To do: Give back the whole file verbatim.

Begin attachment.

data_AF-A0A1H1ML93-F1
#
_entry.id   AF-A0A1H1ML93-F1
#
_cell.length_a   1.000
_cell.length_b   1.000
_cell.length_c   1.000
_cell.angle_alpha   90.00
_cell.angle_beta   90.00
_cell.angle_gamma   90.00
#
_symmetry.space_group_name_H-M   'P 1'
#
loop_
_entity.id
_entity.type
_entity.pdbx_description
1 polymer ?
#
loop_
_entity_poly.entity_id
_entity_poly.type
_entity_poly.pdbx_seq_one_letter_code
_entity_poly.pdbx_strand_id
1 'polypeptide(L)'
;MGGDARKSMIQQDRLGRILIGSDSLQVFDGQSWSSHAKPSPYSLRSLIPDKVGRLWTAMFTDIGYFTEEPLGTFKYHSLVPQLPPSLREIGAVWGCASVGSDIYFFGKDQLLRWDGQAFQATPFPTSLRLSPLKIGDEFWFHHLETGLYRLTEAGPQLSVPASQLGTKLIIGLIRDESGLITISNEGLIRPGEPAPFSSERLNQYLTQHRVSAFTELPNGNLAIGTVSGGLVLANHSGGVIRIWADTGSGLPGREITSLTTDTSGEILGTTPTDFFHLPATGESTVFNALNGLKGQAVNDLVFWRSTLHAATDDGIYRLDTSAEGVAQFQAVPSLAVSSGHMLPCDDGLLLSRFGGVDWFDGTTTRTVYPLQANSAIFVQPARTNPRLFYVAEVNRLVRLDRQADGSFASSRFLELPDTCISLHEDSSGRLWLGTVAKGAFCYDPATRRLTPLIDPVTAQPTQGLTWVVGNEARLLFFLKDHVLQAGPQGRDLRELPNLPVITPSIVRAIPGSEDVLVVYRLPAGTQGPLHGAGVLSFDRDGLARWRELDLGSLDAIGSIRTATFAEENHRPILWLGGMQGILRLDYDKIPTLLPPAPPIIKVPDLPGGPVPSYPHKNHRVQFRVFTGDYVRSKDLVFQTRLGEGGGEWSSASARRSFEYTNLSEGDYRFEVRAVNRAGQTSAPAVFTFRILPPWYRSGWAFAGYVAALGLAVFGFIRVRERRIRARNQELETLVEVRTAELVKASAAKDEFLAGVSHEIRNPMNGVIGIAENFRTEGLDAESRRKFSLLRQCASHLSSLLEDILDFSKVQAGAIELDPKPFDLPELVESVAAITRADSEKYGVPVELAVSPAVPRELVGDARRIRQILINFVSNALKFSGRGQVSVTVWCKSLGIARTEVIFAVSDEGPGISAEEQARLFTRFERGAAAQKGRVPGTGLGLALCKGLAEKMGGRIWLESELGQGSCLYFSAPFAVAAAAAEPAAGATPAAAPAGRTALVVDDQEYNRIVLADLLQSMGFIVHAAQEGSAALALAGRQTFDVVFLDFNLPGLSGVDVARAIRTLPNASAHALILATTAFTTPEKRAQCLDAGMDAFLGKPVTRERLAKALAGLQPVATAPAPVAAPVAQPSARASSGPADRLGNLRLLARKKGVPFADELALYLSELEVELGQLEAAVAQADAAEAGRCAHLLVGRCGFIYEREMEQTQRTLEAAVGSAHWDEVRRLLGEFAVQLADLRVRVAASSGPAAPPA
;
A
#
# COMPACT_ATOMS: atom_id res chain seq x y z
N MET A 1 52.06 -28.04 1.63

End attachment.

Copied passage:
data_AF-A0A1H1ML93-F1
#
_entry.id   AF-A0A1H1ML93-F1
#
_cell.length_a   1.000
_cell.length_b   1.000
_cell.length_c   1.000
_cell.angle_alpha   90.00
_cell.angle_beta   90.00
_cell.angle_gamma   90.00
#
_symmetry.space_group_name_H-M   'P 1'
#
loop_
_entity.id
_entity.type
_entity.pdbx_description
1 polymer ?
#
loop_
_entity_poly.entity_id
_entity_poly.type
_entity_poly.pdbx_seq_one_letter_code
_entity_poly.pdbx_strand_id
1 'polypeptide(L)'
;MGGDARKSMIQQDRLGRILIGSDSLQVFDGQSWSSHAKPSPYSLRSLIPDKVGRLWTAMFTDIGYFTEEPLGTFKYHSLVPQLPPSLREIGAVWGCASVGSDIYFFGKDQLLRWDGQAFQATPFPTSLRLSPLKIGDEFWFHHLETGLYRLTEAGPQLSVPASQLGTKLIIGLIRDESGLITISNEGLIRPGEPAPFSSERLNQYLTQHRVSAFTELPNGNLAIGTVSGGLVLANHSGGVIRIWADTGSGLPGREITSLTTDTSGEILGTTPTDFFHLPATGESTVFNALNGLKGQAVNDLVFWRSTLHAATDDGIYRLDTSAEGVAQFQAVPSLAVSSGHMLPCDDGLLLSRFGGVDWFDGTTTRTVYPLQANSAIFVQPARTNPRLFYVAEVNRLVRLDRQADGSFASSRFLELPDTCISLHEDSSGRLWLGTVAKGAFCYDPATRRLTPLIDPVTAQPTQGLTWVVGNEARLLFFLKDHVLQAGPQGRDLRELPNLPVITPSIVRAIPGSEDVLVVYRLPAGTQGPLHGAGVLSFDRDGLARWRELDLGSLDAIGSIRTATFAEENHRPILWLGGMQGILRLDYDKIPTLLPPAPPIIKVPDLPGGPVPSYPHKNHRVQFRVFTGDYVRSKDLVFQTRLGEGGGEWSSASARRSFEYTNLSEGDYRFEVRAVNRAGQTSAPAVFTFRILPPWYRSGWAFAGYVAALGLAVFGFIRVRERRIRARNQELETLVEVRTAELVKASAAKDEFLAGVSHEIRNPMNGVIGIAENFRTEGLDAESRRKFSLLRQCASHLSSLLEDILDFSKVQAGAIELDPKPFDLPELVESVAAITRADSEKYGVPVELAVSPAVPRELVGDARRIRQILINFVSNALKFSGRGQVSVTVWCKSLGIARTEVIFAVSDEGPGISAEEQARLFTRFERGAAAQKGRVPGTGLGLALCKGLAEKMGGRIWLESELGQGSCLYFSAPFAVAAAAAEPAAGATPAAAPAGRTALVVDDQEYNRIVLADLLQSMGFIVHAAQEGSAALALAGRQTFDVVFLDFNLPGLSGVDVARAIRTLPNASAHALILATTAFTTPEKRAQCLDAGMDAFLGKPVTRERLAKALAGLQPVATAPAPVAAPVAQPSARASSGPADRLGNLRLLARKKGVPFADELALYLSELEVELGQLEAAVAQADAAEAGRCAHLLVGRCGFIYEREMEQTQRTLEAAVGSAHWDEVRRLLGEFAVQLADLRVRVAASSGPAAPPA
;
A
#
# COMPACT_ATOMS: atom_id res chain seq x y z
N MET A 1 52.06 -28.04 1.63